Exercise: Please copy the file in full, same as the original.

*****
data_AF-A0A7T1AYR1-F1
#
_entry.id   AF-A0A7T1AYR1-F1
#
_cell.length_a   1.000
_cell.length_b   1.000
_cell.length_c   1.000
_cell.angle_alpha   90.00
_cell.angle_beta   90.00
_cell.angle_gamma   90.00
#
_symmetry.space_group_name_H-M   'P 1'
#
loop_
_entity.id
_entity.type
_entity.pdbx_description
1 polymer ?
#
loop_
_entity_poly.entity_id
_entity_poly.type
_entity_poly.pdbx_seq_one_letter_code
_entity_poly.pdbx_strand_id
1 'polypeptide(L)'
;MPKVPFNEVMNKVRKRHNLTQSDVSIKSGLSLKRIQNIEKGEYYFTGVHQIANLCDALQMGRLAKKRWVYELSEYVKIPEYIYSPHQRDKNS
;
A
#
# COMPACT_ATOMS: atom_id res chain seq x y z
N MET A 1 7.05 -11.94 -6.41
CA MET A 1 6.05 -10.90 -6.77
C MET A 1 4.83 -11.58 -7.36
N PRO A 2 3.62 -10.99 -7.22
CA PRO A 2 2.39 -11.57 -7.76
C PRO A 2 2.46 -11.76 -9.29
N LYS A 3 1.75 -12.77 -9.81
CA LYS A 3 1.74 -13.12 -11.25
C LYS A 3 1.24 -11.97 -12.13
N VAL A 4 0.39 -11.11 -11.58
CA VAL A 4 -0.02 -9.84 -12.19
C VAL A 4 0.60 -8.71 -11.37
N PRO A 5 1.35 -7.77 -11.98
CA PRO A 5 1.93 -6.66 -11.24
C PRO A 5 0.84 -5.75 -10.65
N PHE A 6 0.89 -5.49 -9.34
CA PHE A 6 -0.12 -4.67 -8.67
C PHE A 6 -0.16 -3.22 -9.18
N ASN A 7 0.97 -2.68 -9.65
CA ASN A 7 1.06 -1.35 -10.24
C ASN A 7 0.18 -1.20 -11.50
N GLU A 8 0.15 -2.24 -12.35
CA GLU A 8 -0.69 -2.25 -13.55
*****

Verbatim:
data_AF-A0A7T1AYR1-F1
#
_entry.id   AF-A0A7T1AYR1-F1
#
_cell.length_a   1.000
_cell.length_b   1.000
_cell.length_c   1.000
_cell.angle_alpha   90.00
_cell.angle_beta   90.00
_cell.angle_gamma   90.00
#
_symmetry.space_group_name_H-M   'P 1'
#
loop_
_entity.id
_entity.type
_entity.pdbx_description
1 polymer ?
#
loop_
_entity_poly.entity_id
_entity_poly.type
_entity_poly.pdbx_seq_one_letter_code
_entity_poly.pdbx_strand_id
1 'polypeptide(L)'
;MPKVPFNEVMNKVRKRHNLTQSDVSIKSGLSLKRIQNIEKGEYYFTGVHQIANLCDALQMGRLAKKRWVYELSEYVKIPEYIYSPHQRDKNS
;
A
#
# COMPACT_ATOMS: atom_id res chain seq x y z
N MET A 1 7.05 -11.94 -6.41
CA MET A 1 6.05 -10.90 -6.77
C MET A 1 4.83 -11.58 -7.36
N PRO A 2 3.62 -10.99 -7.22
CA PRO A 2 2.39 -11.57 -7.76
C PRO A 2 2.46 -11.76 -9.29
N LYS A 3 1.75 -12.77 -9.81
CA LYS A 3 1.74 -13.12 -11.25
C LYS A 3 1.24 -11.97 -12.13
N VAL A 4 0.39 -11.11 -11.58
CA VAL A 4 -0.02 -9.84 -12.19
C VAL A 4 0.60 -8.71 -11.37
N PRO A 5 1.35 -7.77 -11.98
CA PRO A 5 1.93 -6.66 -11.24
C PRO A 5 0.84 -5.75 -10.65
N PHE A 6 0.89 -5.49 -9.34
CA PHE A 6 -0.12 -4.67 -8.67
C PHE A 6 -0.16 -3.22 -9.18
N ASN A 7 0.97 -2.68 -9.65
CA ASN A 7 1.06 -1.35 -10.24
C ASN A 7 0.18 -1.20 -11.50
N GLU A 8 0.15 -2.24 -12.35
CA GLU A 8 -0.69 -2.25 -13.55